Let’s face it, sometimes people do strange things, and the people of Louisiana are no exception. When the police are faced with a situation that they’ve never encountered before, there may not be a legal remedy because no one ever expected anyone to do that in the first place.
To deal with some of the more bizarre situations they encountered, lawmakers of the past created equally weird laws so they wouldn’t have to deal with problems like that again. While this may seem sensible, some of the laws that were created as a result are not. Despite this, many are still on the books, even if they aren’t enforced.
As New Orleans personal injury lawyers, we understand how complex the laws can be. We help our clients to understand the law every day, but even we would have trouble explaining the logic behind some of the following laws.
The Weirdest Laws in Louisiana
In general, our laws make sense and are intended to keep us safe. You will not be reading about those laws in this article. While you’re reading this list of strange, outdated laws in Louisiana, keep in mind that someone at that time did something that caused law enforcement to believe passing these laws was necessary.
Mourners Have a Three-Sandwich Limit
If you want to eat more than three sandwiches at a wake and the host tells you no, you can thank the person who ruined it for everyone else by eating more than their share back when this law was enacted.
No Snakes at the Parade
You can enjoy the company of your snake, and you can enjoy a parade, but you can’t enjoy both things together within 200 yards of a Mardi Gras parade route. If you attend all parades with your snake, be glad you didn’t live in the time when this law was enforced.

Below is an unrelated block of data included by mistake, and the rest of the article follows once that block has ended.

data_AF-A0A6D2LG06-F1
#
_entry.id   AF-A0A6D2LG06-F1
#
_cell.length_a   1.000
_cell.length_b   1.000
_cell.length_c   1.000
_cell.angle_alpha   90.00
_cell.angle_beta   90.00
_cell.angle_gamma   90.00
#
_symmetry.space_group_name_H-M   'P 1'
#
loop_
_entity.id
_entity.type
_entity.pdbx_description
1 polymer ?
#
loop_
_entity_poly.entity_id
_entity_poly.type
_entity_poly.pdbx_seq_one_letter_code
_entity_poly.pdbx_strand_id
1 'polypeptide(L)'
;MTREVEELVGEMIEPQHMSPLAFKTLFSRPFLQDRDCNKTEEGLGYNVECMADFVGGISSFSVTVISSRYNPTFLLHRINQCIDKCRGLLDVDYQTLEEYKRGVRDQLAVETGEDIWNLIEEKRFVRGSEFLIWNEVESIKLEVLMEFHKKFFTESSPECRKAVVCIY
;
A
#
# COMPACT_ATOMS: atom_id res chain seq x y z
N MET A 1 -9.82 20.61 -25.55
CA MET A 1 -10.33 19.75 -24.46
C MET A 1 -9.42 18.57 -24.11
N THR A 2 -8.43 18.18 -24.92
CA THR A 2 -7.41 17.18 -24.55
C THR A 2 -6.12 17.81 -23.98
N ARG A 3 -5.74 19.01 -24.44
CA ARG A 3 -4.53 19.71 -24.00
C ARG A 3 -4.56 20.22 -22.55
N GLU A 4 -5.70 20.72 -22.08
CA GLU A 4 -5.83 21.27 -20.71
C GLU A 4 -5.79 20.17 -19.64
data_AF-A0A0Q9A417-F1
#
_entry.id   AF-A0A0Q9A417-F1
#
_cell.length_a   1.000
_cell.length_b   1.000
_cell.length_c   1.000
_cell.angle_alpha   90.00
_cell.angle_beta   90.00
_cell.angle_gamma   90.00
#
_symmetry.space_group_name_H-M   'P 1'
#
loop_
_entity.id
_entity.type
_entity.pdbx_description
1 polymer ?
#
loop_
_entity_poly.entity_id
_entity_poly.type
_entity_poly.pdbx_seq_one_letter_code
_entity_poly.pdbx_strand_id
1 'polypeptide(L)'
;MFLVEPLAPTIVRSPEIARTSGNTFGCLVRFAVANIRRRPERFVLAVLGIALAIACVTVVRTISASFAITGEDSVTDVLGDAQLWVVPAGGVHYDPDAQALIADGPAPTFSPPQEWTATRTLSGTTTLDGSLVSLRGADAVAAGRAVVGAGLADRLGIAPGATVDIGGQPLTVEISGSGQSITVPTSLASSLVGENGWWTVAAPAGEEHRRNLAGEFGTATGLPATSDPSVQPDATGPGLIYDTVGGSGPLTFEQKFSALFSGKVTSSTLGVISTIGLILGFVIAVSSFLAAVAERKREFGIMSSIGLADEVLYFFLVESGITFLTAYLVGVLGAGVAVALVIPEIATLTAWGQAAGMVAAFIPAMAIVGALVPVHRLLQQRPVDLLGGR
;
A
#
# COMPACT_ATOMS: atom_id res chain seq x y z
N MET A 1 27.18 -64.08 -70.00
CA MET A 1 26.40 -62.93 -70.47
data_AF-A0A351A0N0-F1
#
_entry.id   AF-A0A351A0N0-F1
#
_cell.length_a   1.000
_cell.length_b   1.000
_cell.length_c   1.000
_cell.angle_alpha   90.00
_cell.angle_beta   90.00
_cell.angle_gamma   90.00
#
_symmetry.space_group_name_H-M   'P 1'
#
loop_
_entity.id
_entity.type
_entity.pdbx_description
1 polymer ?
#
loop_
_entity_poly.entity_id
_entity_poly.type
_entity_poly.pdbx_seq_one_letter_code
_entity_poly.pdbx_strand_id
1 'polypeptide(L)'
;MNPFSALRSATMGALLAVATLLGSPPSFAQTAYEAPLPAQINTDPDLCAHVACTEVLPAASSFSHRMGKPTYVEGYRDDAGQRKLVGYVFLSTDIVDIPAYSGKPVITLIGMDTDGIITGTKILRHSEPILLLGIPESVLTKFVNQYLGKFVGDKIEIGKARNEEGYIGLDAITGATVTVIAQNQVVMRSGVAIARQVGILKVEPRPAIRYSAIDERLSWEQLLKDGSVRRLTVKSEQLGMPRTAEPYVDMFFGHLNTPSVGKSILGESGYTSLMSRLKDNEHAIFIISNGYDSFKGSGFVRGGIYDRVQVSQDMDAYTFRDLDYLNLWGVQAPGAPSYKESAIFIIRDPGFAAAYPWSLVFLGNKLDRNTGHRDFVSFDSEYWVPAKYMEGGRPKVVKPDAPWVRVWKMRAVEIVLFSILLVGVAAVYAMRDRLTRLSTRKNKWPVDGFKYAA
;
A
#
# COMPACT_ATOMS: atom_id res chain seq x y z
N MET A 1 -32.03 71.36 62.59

No Gargling in Public
If the sound of someone gargling in public angers or otherwise offends you, Louisiana is the place to be because you can call the police on the offending gargler. At least, according to our laws you can. Just don’t expect an officer to show up.
Don’t Tie Your Alligator to a Fire Hydrant
When you meet your friends for brunch at your favorite New Orleans restaurant, you’ll need to find someplace else to tie your alligator because tying it to a fire hydrant is prohibited by law. Instead, you might want to find a restaurant with a gator-friendly patio.
Drunks: No Blocking the Sidewalk
If you’re going to pass out drunk in New Orleans, be careful how you land. According to today’s laws, you can be arrested for passing out drunk anywhere in public, but there was a time when it was just fine, as long as you didn’t block anyone else’s path.
Keep Your Goatee Private
In the Bayou State, goatees must be kept private unless you first pay a special license fee for the privilege of wearing one in public. You may try to invoke this law if you want a loved one to shave, but chances are you won’t get very far since it’s no longer enforced.
In addition to these laws, in Louisiana you are legally prohibited from daring a friend to lay down on railroad tracks that are owned by somebody else. You can only dare your friend to lay on their own railroad tracks.
If you’re a woman, you also aren’t allowed to drive in New Orleans unless your husband is waving a flag in front of your car at the time. Just think, if we still followed this law, your husband might have to hire a car accident lawyer in New Orleans, LA, to defend himself if you hit a car because he and his flags weren’t there to warn the other driver.
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Laws Louisianans Clearly Aren’t Following Today